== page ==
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Lyme Disease - 5/22/2013

posted May 22, 2013, 10:46 AM by Rohit Das   [ updated Jun 5, 2013, 9:52 AM by Purnema Madahar ]

Ticks, ticks, ticks…and the bugs they carry. We recently had a case of a young man, who had recently visited upstate New York, with a history of a recent rash and nonspecific systemic symptoms who subsequently developed pericarditis. The thought was that he had Lyme Disease related cardiac manifestations, and though that probably was incorrect for various reasons I’ll get into a bit later, it did get me reading about the most common vector-borne disease in the U.S…

·         What’s the history behind Lyme Disease?

·         How exactly is transmitted? How common is it…and when and where does it occur?

·         What are the main clinical manifestations?

·         How is it diagnosed?

·         How is it treated and what’s the prognosis?

What causes Lyme Disease, and how is it transmitted? How common is it?

·         The story behind the origins of Lyme Disease is fascinating, and worth bantering about for a bit. It first began in 1975 with a little old lady, Polly Murray, who resided in the little old town of Lyme, Connecticut. She reported to the state health department that two of her children were diagnosed with juvenile RA, but also knew of other children who had similar symptoms during a similar time frame. This was then brought to the attention of a renown rheumatology guru – Allen Steere (then at Yale, now at Harvard – his review article on Lyme is attached) – who found around 50 similar cases and explored things further…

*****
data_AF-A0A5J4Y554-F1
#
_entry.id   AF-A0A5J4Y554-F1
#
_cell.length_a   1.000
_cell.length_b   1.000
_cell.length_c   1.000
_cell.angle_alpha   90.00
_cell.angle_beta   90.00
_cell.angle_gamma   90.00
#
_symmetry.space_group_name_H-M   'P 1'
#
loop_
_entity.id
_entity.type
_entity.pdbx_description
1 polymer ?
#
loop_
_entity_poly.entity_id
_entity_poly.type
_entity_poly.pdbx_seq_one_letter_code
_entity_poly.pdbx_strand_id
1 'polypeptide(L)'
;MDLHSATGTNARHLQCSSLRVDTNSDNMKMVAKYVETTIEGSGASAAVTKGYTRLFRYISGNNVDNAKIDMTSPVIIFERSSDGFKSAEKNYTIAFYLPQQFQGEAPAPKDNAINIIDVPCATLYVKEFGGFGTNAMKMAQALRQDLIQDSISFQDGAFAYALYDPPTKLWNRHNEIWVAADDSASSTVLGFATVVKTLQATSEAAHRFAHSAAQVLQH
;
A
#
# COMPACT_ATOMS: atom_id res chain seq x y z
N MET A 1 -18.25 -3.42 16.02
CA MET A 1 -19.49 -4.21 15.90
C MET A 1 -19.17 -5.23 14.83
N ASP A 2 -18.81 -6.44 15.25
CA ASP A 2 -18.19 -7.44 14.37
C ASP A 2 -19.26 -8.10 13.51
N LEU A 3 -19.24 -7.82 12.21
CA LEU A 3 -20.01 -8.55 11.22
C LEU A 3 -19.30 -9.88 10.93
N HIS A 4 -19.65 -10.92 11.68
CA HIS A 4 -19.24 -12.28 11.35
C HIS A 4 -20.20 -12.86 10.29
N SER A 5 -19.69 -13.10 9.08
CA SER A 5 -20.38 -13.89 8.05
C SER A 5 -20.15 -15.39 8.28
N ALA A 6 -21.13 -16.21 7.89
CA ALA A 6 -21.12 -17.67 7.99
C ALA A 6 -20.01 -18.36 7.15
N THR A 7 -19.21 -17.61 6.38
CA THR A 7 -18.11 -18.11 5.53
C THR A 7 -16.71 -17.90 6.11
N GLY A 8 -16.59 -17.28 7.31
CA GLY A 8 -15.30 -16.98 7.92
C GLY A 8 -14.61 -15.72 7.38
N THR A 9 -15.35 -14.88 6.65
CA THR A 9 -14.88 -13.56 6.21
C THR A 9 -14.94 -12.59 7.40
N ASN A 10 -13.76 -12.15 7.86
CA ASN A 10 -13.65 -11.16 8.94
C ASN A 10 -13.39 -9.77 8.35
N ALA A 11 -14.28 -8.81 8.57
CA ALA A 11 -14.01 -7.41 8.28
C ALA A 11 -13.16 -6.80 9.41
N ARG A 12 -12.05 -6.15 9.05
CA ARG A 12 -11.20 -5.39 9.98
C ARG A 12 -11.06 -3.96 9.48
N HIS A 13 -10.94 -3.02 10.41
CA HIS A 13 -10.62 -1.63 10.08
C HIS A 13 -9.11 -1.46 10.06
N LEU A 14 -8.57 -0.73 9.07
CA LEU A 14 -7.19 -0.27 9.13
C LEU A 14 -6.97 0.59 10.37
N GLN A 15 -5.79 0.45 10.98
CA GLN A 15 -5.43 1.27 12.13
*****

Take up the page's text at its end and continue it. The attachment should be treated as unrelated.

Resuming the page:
·         Several of the patients Steere talked too reported a skin rash preceding their rheumatologic symptoms. He then linked this rash to work done by a Swedish dermatologist, Arvid Afzelius, who first described “erythema migrans” in 1909 and speculated causation by bites from the Ixodes tick. Further work in Europe reported that the rash responded to penicillin, suggesting that the etiology of the rash was bacterial in nature. FINALLY, in the early 1980s, Willy Burgdorfer (insect expert) identified the transmitted pathogen as a spirochete, subsequently named in his honor – Borrelia burgdorferi.

That’s the story in a very brief nutshell – if you’re really interested, there’s a book all about it titled “Bull’s-Eye.” Clever.

How exactly is transmitted? How common is it…and when and where does it occur?

·         The central player here is the blood-sucking Ixodes tick, and specifically in the Northeast, the vector species is Ixodes scapularis. Ticks generally have three stages of life – larvae, nymph and adult – and require a yummy blood meal at each stage to survive and reproduce. Ixodes has two main hosts during their life cycle - rodents (for larvae and nymph) and white-tailed deer (for adult ticks). Rodents (particularly chipmunks and mice) are natural reservoirs for Borrelia, and so ticks and their blood meals leads to an extremely efficient horizontal cycle of transmission. Though white-tailed deer are very important for the tick’s life cycle, they have nothing to do with, at least directly, Borrelia and its life cycle.

·         So…what does this have to do with Lyme Disease? Well, when humans are around, ticks enjoy their blood too. Nymph bites, in particular, are most closely associated with incident Lyme Disease. Since nymphs quest for blood peaks during May to July, that’s also the epidemiologic timeframe for cases of Lyme Disease.

·         As mentioned, Lyme Disease is the most common vector borne disease in the U.S., and since CDC surveillance begun in 1982, the number of reported cases has increased dramatically. Currently, nearly 20,000 cases are reported every year. The area in which Lyme Disease occurs – Northeast (Maine to Virgina), Minnestota and Michigan - correlates well with the presence of a white-tailed deer population, highlighting their importance for those nasty ticks’ life cycle.